It's not an easy question to answer.
In recent years there have been quite a few articles and advocates who have encouraged people not to visit the whale sharks in Oslob. In order to have the whale sharks returning to the area daily so that visitors can swim with them, feeders give the sharks fish. This has resulted in the whales having an unnatural amount of contact with humans.
The artificial feeding behavior has taught the whales to associate people with food. They will now sometimes approach boats rather than staying away from them which can lead to injuries. Injuries can also occur if tourists in the water accidentally kick a shark.
The feeding has also resulted in the sharks having less variety in their diet as they spend more time eating the fish that are given to them rather than plankton and such. Some of the whale sharks spend up to 6 hours a day feeding in Oslob instead of foraging naturally. In the future, this could end up causing nutritional problems.
Additionally, the migratory patterns of the sharks have also changed. The breeding pool of the sharks or the spread of this vulnerable and declining species may be influenced by this. It is hard to say though as the whale sharks are difficult to study and concrete answers hard to come by. Obviously, the best thing for these whale sharks is to be freely swimming and living the way nature intended.
Having tourists visit Oslob to see the whale sharks is a relatively new practice.
Back in 2011 photos of fishermen interacting with whale sharks in Oslob were featured in Mail Online. The article was largely positive with conservationist Shawn Heinrich praising the bond that had formed between the sharks and fishermen in Oslob.
In other places in the region, the same whale sharks were being slaughtered by fishermen. It seems strange that a conservationist would applaud fishermen touching, riding and playing with the sharks until you consider just how bad the slaughter of the whale shakes in the region is.
Whale sharks also still continue to fetch a lot of money in the Asian market. In China a single whale shark at market can bring in $30,000 USD or more, though the fishermen usually get considerably less than that. About 600 whale sharks a year were killed in just one slaughterhouse in Southern China it was found in an investigation between 2010 and 2013.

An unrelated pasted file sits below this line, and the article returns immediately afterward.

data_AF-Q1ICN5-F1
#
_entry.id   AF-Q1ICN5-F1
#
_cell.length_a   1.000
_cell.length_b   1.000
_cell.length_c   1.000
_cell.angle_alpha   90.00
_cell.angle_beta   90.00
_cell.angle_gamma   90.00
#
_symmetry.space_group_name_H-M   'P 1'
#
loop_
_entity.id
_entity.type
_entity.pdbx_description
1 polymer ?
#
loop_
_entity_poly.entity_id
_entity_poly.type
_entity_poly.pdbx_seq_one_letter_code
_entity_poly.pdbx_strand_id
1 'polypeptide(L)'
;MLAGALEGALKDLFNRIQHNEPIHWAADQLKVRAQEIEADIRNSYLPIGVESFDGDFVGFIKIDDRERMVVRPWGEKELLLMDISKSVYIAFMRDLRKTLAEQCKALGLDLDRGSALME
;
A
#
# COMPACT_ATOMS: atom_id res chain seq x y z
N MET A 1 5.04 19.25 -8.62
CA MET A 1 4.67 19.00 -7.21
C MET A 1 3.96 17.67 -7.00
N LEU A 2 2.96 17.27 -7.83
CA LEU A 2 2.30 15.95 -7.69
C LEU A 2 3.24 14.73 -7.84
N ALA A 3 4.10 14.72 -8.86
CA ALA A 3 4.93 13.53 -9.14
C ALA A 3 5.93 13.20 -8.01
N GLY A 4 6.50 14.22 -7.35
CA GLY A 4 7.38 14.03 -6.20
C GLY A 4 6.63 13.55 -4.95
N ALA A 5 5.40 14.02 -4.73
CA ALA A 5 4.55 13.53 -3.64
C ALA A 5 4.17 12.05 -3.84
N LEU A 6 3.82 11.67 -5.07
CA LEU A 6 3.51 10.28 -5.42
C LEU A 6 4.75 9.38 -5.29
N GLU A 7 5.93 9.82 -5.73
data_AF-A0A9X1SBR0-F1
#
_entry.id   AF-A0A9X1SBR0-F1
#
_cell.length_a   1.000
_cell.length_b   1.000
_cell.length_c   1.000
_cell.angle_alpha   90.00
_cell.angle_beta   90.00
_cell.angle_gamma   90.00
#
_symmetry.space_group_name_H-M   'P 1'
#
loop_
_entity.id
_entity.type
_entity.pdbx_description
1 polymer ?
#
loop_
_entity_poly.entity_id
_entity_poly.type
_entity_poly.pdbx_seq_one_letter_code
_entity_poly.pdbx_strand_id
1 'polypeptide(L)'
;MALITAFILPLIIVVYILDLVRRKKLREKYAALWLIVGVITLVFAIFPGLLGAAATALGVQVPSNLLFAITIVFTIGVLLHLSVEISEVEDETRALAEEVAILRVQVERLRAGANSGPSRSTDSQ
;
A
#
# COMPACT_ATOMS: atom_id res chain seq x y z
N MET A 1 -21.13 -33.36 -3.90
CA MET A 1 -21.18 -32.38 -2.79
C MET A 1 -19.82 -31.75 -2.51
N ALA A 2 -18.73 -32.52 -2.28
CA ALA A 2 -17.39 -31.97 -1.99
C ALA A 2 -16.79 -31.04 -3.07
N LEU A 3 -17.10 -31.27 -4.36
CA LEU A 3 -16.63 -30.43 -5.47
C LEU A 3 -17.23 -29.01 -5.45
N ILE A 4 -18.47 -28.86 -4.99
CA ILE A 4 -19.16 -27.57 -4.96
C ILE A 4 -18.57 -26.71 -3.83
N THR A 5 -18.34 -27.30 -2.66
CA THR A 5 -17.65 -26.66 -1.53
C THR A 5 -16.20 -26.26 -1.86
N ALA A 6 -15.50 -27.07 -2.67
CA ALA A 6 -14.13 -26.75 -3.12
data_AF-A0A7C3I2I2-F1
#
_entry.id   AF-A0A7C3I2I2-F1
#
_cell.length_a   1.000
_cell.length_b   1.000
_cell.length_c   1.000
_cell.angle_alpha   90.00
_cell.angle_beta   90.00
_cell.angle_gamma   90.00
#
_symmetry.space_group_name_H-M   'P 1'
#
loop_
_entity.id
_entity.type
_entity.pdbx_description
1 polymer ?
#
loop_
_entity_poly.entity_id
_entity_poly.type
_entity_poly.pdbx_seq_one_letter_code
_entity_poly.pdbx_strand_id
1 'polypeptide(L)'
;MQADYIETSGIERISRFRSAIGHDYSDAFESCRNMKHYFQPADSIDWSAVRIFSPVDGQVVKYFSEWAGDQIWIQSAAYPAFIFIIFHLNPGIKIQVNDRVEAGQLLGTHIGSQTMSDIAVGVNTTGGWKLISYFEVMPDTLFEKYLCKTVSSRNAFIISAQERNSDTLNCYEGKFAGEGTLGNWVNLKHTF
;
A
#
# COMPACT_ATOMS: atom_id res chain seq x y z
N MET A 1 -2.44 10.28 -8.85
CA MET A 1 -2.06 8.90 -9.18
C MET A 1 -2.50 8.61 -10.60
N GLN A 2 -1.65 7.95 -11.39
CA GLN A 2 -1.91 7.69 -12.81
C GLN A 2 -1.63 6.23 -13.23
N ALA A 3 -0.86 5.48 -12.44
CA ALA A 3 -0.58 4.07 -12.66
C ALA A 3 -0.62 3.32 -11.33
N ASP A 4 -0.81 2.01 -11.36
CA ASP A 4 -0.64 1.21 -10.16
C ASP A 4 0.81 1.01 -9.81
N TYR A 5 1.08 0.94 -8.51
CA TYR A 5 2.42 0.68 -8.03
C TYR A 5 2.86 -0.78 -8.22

While the sharks are a protected species in Philippines, China and other countries which do not protect the sharks, share many of these fishing waters as well as the migratory paths of the whale sharks with the Philippines.
Donsol Bay and Oslob
Both Donsol Bay in the Bicol Region of Luzon and Oslob, Cebu are well known for whale sharks. They have both created tourism industries for their small towns around them. As a result, the fishermen who once killed them in these areas now protect the whale sharks as tourist dollars bring in more money for them and the entire community.
The major difference between the two sites though is that the whale sharks are not fed in Donsol Bay. This way there is no unnatural feeding, no increased contact with boats, and migratory patterns are not affected. But it also means that there is no guarantee that you will see a whale shark when you go out in your boat even during the peak viewing season.
In the past couple of years, reports from tourists started to come out that the whale sharks of Donsol Bay were gone. People were sighting one or no sharks for extended periods of time. This continued for a few years and tourism in the area dropped considerably. Though it seems that the whale sharks have been returning to the area, it is hard to lure people back...
Click here to read the rest of this article about swimming with whale sharks in the Philippines!